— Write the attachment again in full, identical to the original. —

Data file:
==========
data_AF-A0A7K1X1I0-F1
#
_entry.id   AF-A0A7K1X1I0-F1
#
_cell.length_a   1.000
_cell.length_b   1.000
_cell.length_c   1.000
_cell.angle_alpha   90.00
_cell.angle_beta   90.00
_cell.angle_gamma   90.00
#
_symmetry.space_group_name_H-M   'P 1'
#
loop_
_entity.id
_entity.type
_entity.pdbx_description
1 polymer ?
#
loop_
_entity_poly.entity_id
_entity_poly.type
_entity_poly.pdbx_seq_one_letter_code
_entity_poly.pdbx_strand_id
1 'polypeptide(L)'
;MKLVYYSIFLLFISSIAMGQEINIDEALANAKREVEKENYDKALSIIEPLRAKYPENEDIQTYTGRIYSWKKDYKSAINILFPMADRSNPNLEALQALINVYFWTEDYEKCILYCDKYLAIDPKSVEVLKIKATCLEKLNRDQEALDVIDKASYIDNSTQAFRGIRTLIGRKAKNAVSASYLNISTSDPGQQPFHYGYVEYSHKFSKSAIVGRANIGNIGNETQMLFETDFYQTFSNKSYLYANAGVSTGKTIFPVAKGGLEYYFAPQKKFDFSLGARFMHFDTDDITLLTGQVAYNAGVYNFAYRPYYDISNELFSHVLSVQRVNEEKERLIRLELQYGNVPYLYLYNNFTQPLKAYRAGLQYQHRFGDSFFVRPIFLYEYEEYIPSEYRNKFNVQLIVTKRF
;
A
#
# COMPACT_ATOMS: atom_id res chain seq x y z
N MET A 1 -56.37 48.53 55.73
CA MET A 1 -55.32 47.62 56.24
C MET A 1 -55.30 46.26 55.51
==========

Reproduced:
data_AF-A0A7K1X1I0-F1
#
_entry.id   AF-A0A7K1X1I0-F1
#
_cell.length_a   1.000
_cell.length_b   1.000
_cell.length_c   1.000
_cell.angle_alpha   90.00
_cell.angle_beta   90.00
_cell.angle_gamma   90.00
#
_symmetry.space_group_name_H-M   'P 1'
#
loop_
_entity.id
_entity.type
_entity.pdbx_description
1 polymer ?
#
loop_
_entity_poly.entity_id
_entity_poly.type
_entity_poly.pdbx_seq_one_letter_code
_entity_poly.pdbx_strand_id
1 'polypeptide(L)'
;MKLVYYSIFLLFISSIAMGQEINIDEALANAKREVEKENYDKALSIIEPLRAKYPENEDIQTYTGRIYSWKKDYKSAINILFPMADRSNPNLEALQALINVYFWTEDYEKCILYCDKYLAIDPKSVEVLKIKATCLEKLNRDQEALDVIDKASYIDNSTQAFRGIRTLIGRKAKNAVSASYLNISTSDPGQQPFHYGYVEYSHKFSKSAIVGRANIGNIGNETQMLFETDFYQTFSNKSYLYANAGVSTGKTIFPVAKGGLEYYFAPQKKFDFSLGARFMHFDTDDITLLTGQVAYNAGVYNFAYRPYYDISNELFSHVLSVQRVNEEKERLIRLELQYGNVPYLYLYNNFTQPLKAYRAGLQYQHRFGDSFFVRPIFLYEYEEYIPSEYRNKFNVQLIVTKRF
;
A
#
# COMPACT_ATOMS: atom_id res chain seq x y z
N MET A 1 -56.37 48.53 55.73
CA MET A 1 -55.32 47.62 56.24
C MET A 1 -55.30 46.26 55.51